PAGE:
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Amour

Music by Michel Legrand with English lyrics by Jeremy Sams from the original French by Didier Van Cauwelaert, based on Le Passe-Muraille by Marcel Aymé
Danielle Tarento
Charing Cross Theatre
to

Amour is an irresistibly charming musical from Michel Legrand.

Receiving its UK professional première at London's Charing Cross Theatre, the work of this legendary composer is in the safe hands of director Hannah Chissick and producer / casting director Danielle Tarento.

Legrand will be known to those of a certain age for mega-hit songs such as "The Windmills of Your Mind" from the film The Thomas Crown Affair which bagged him an Oscar for Best Song, one of three he was to collect in the course of a prolific career, along with a host of other accolades.

But Legrand, who passed away in his 80s earlier this year, also wrote for musical theatre and Amour is reminiscent of Kneehigh's lovely The Umbrellas Of Cherbourg but thankfully not of Marguerite which left me in disbelieving boredom.

Although the score is thick with beautiful melodies and the singing is outstanding, much credit for the appeal of Amour has to go to Jeremy Sams who wrote the English adaptation of Didier van Cauwelaert's original French libretto.

Witty, tender and enjoyably littered with internal rhymes—"wow us with your prowess" , "Frank Sinatra in Montmartre"—the lyrics of this sung-through piece are much more than just operational, delivering a lot of the je ne sais quoi that makes this show so appealing.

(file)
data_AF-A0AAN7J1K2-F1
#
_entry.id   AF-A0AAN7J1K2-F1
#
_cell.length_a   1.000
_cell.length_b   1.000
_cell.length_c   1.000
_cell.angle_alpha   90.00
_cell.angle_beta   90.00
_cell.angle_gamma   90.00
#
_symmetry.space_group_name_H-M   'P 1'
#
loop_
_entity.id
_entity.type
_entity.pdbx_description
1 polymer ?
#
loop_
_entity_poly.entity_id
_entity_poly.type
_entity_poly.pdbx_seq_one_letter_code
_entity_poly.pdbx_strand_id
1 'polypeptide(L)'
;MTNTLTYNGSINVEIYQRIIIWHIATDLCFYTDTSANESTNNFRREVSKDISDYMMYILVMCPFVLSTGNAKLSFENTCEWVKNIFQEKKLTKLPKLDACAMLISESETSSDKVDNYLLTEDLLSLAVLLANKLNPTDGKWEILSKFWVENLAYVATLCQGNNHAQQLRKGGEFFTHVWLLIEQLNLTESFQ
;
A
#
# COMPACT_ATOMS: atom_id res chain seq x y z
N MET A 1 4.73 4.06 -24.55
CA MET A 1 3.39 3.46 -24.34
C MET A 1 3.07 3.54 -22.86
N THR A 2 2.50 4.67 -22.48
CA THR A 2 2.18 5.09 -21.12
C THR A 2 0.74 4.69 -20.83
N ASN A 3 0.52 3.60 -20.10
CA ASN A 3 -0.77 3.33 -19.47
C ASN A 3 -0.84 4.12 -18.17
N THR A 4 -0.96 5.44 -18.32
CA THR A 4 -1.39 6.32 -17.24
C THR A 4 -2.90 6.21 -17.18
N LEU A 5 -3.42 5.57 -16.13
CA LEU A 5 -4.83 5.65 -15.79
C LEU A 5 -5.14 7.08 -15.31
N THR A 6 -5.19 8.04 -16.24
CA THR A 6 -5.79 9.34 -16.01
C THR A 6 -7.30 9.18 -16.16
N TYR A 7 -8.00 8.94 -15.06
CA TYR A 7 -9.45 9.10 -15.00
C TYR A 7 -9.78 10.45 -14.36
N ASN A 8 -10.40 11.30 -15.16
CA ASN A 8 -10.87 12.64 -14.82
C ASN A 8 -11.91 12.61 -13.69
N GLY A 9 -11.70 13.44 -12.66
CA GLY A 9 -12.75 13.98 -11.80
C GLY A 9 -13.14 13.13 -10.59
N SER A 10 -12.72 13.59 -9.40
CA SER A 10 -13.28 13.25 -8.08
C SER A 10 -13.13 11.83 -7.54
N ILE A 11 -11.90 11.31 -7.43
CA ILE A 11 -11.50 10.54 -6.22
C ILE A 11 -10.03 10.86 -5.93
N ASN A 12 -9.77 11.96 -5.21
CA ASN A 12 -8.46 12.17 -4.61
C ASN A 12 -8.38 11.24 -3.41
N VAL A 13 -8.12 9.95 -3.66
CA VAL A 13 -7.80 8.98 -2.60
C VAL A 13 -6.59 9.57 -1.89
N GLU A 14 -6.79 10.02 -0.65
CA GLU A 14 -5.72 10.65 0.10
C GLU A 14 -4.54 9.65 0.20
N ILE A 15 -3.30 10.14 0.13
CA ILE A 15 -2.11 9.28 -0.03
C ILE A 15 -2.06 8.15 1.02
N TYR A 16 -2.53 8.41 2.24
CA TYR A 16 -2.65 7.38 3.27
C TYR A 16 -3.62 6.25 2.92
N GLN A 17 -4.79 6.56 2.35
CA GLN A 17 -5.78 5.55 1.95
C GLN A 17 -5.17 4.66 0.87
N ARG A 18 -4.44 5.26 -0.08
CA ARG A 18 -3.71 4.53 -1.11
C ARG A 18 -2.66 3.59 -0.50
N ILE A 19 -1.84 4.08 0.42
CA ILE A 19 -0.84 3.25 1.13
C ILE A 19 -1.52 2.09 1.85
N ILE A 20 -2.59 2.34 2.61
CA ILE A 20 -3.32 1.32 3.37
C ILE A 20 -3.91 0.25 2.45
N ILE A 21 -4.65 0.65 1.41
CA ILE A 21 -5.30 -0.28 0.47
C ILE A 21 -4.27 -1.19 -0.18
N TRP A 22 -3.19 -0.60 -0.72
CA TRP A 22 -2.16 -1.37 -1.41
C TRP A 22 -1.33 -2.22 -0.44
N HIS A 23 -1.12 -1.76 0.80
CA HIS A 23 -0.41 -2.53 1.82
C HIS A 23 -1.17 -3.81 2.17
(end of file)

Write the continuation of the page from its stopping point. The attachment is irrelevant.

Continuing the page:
Amour is a romantic fantasy set in 1950s Paris, and is based on the short story Le Passe-Muraille by Marcel Aymé.

Nerdy civil servant Dusoleil, wonderfully played by Gary Tushaw, becomes an unlikely hero to the nation when he finds himself able to walk through walls and he quickly earns the nickname Passepartout as he uses his newfound skills to help his neighbours.

Anna O'Byrne gives a touching performance as Isabelle, one of the mysterious Passepartout's admirers. A damsel in need of rescuing from her jealous and domineering husband, little does she know how the timid Dusoleil has adored her from afar.

This is seriously romantic stuff but the expectation of a happy ever after ending is not fulfilled and it is down to the gentle and lovely "Serenade" to ensure that the audience leave with a tingly warm feeling.

Tushaw and O'Byrne have truly excellent support, especially from Claire Machin and Elissa Churchill who give striking comic turns.

Musical director Jordan Li-Smith (Offie nominated for his outstanding work on Queen of the Mist) once again delivers lush, crafted sounds, its elements coming together to make Amour an all-round unqualified joy.

Reviewer: Sandra Giorgetti